The Army consisted of:
Cthulhu (Behemoth General)
6 x Spears
4 x Shooters
1 x Lurker
1 x Artillery
2 x Warband
So not a fast, mobile army, but one with a bit of firepower and staying power, and a few elements to allow for some punch. Here it is, ready for its first game.
And here's three of the boards, ready for the off.
In my first game I played against John, who was using a Welsh/Celtic army with lots of warbands, some riders a magician and some allied tree-people (behemoths and more warband).
He set up a board with a very sense wooded terrain, which messed up command and control for both sides, and left the battle being fought in the gaps between the trees. Here the Fishman line, supported by their general, advances on the tree-people.
On the other side of the field, a group of Welsh warband moved towards the Fishman shooters and their artillery.
This really became the main action, with the shooters and artillery cutting up the warband quite badly, whilst supporting elements skirmished in the woods on the flank. Cthulhu was obliged to come across in support.
The battle dragged on for a while, and we were close to timing out, so I threw my spears and magician in on the other flank, hoping to get some risky kills against the warband there. The warband were seriously down in terms of factors, but only needed a winning score in order to destroy my double-ranked spears. A single bad combat roll could have seen everything go wrong.
John decided to concede, rather than hold out for the draw, giving me a rather hollow victory.
I had another army in play as well; one player didn't have a suitable force, so borrowed my Elves (yes, also not historical). Apparently they behaved well, being a nice simple army to use; riders, spears and shooters mostly.
My second game saw me up against Peter's Greeks, masquerading at Alexander the Great's army, but with a trio of allied behemoth monsters.
This was a quick game. Alexander was a hero general, he got pushed up in the front line to within range of my magician, was ensorcelled and that was the battle over.
With lots of time in hand we carried on playing as a friendly, assuming Alexander hadn't been lost. On my left flank my shooters and artillery did good work keeping the disorganised Greeks off-balance, but my attack on the right, led by Cthulhu, stalled, and Cthulhu was routed off the edge of the world by Alexander's body-double.
This was Caesar's army. It started off as something conventionally medieval, with a bit of dragon action, but he ended up with a core of knights supported by two artillery and six beasts. This was a terribly bold choice, was lots of fun to play (apparently) and died horribly in pretty well all of its games.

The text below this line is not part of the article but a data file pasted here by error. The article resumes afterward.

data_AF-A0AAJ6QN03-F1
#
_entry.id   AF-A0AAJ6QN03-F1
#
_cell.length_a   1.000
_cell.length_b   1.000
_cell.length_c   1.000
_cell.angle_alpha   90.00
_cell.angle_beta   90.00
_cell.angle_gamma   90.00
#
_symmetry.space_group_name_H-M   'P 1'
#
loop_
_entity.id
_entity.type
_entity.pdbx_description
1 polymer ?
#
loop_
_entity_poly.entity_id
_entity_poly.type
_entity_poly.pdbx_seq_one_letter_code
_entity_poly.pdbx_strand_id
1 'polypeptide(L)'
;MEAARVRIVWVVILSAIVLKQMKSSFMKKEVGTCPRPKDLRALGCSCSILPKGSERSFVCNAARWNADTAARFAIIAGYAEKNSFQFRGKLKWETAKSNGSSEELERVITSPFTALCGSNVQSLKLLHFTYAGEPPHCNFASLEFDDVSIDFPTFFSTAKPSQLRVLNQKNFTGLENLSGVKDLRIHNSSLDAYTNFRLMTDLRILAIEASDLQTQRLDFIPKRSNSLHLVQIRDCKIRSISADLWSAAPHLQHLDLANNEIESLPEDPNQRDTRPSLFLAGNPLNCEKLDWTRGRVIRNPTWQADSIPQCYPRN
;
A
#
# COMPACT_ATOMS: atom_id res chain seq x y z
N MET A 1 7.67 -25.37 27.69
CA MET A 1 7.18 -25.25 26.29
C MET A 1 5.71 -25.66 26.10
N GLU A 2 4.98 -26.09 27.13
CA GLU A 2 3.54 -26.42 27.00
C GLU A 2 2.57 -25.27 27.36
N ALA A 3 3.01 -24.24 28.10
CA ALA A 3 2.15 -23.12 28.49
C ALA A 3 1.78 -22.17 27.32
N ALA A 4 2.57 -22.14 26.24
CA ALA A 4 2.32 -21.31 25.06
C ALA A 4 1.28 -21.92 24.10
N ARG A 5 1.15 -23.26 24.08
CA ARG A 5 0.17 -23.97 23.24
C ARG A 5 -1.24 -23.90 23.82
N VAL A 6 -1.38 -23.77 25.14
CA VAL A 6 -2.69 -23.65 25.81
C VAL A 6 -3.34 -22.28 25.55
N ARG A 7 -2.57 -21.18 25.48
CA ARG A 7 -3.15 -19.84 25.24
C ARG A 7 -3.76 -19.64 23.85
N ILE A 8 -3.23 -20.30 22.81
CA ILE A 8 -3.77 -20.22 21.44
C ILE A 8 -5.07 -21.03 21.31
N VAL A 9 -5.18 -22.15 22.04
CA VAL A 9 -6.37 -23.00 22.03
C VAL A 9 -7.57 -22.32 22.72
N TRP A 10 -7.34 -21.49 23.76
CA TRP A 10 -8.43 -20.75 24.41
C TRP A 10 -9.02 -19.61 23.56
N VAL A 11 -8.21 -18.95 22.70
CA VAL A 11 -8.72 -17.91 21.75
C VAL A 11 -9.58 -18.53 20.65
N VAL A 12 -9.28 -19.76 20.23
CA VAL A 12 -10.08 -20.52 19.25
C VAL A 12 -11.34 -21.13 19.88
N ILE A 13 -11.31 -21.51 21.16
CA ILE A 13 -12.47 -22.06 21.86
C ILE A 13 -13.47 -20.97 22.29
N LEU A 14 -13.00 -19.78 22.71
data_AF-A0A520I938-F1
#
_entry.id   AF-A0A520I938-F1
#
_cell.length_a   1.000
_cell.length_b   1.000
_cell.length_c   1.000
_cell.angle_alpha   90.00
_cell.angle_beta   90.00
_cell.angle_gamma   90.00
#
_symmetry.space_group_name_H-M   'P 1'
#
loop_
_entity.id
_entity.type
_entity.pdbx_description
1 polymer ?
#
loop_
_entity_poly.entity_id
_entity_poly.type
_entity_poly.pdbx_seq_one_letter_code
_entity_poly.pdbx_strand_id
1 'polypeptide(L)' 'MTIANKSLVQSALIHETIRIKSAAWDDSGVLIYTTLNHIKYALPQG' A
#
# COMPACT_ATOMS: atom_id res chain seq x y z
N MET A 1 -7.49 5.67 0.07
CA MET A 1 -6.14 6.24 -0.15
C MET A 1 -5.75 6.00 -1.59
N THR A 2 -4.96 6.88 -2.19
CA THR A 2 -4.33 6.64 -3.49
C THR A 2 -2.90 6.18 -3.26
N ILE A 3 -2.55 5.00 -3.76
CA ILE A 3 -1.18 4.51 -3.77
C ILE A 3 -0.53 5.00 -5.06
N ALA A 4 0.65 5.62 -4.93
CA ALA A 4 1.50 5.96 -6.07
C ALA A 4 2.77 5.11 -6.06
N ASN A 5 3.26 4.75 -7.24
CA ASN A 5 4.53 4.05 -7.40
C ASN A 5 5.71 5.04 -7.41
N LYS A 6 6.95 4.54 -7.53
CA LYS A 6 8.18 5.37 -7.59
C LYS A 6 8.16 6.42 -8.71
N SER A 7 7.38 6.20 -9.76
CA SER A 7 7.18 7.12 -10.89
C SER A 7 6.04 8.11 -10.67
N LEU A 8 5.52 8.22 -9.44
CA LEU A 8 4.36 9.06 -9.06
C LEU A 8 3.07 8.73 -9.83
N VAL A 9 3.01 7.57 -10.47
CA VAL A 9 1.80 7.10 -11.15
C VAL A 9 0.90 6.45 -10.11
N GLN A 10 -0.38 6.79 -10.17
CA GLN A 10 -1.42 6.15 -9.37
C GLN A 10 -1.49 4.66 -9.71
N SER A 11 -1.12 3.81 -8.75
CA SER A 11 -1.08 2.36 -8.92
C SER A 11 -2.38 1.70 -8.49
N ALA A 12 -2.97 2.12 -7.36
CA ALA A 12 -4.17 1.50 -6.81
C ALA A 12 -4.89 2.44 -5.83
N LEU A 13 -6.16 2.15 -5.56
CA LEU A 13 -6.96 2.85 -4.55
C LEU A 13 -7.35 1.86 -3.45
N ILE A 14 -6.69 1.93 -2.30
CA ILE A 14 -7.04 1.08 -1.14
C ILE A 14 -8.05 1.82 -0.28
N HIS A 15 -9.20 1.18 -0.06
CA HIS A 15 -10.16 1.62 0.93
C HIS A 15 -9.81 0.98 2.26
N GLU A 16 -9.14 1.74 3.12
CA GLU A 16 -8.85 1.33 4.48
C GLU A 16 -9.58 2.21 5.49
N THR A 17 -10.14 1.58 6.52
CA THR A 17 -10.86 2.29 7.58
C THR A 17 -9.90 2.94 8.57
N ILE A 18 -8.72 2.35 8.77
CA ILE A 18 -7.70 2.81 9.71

Caesar did manage this glorious moment, though; a Welsh tree-man ally surrounded on four sides by dogs. Probably a wet, smelly end for the tree ...
My third game - Geoff. Geoff was using a medieval army of blades, knights and shooters, with a couple of riders and a protective paladin as the only fantasy concession.
A stalemate in the centre ensued, with me unwilling to shift my spears off a hill to face his blades in the open, and Geoff unwilling to commit to a frontal assault, since his flanks would be compromised.
After my shooters weren't up to the job of holding off Geoff's knights, Cthulhu had to step in and so the job himself, pretty much wiping them out.
Geoff brought his reserve across - the paladin and some riders, and created a strong line which I faced with spears, Cthulhu and my magician.
We fought. My magician died...
... and eventually the paladin rode down some spears to give Geoff a well-deserved win.
The final game. Mathematically it was impossible for me to get first place (I think), but a win could give me a solid second place.
I faced Martin - the Might Martin - who was using Ancient Egyptians with a whole load of stuff in them - blades, riders, a hero, shooters, behemoths (behemoths were very popular) and a magician.
We got stuck in fairly quickly, although with so many different elements in play there was a lot of line shuffling and blocking in order to sort out good match-ups and avoid bad ones.
I made my main attack on my left, where my warband were opposite the Egyptian's blade general. However I wasn't willing to throw them in for the instant kill until I had some support on the flanks, and try as I might I couldn't achieve that.
In fact I ended up in the position. On the right my shooters and artillery had pretty much eliminated the Egyptian missile troops, but Martin threw in chariot riders on both flanks, destroying some of my elements and turning both flanks.
I actually stabilised the situation, driving off the chariots on the right, allowing me to advance my shooters onto his flank. However I had taken quite a few losses, and my army was wavering and close to breaking (as was Martin's, it has to be said). I threw in my warband, hoping to get a kill on the enemy general, but rolled very, very badly and lost them. Along with another loss this but me on 17AP lost - 18AP would see the game lost. Victor called time, and I scraped a lucky draw.
With two wins, a loss and a draw I was, oddly enough, equal with Martin, but we had a strange, card-based tie-break system as well, and I won that, putting me in second place behind Geoff, whose no-nonsense medievals had carried the day to give him three wins and a draw.
Thanks to Victor for organising another great tournament.
And that's MOAB over for another year.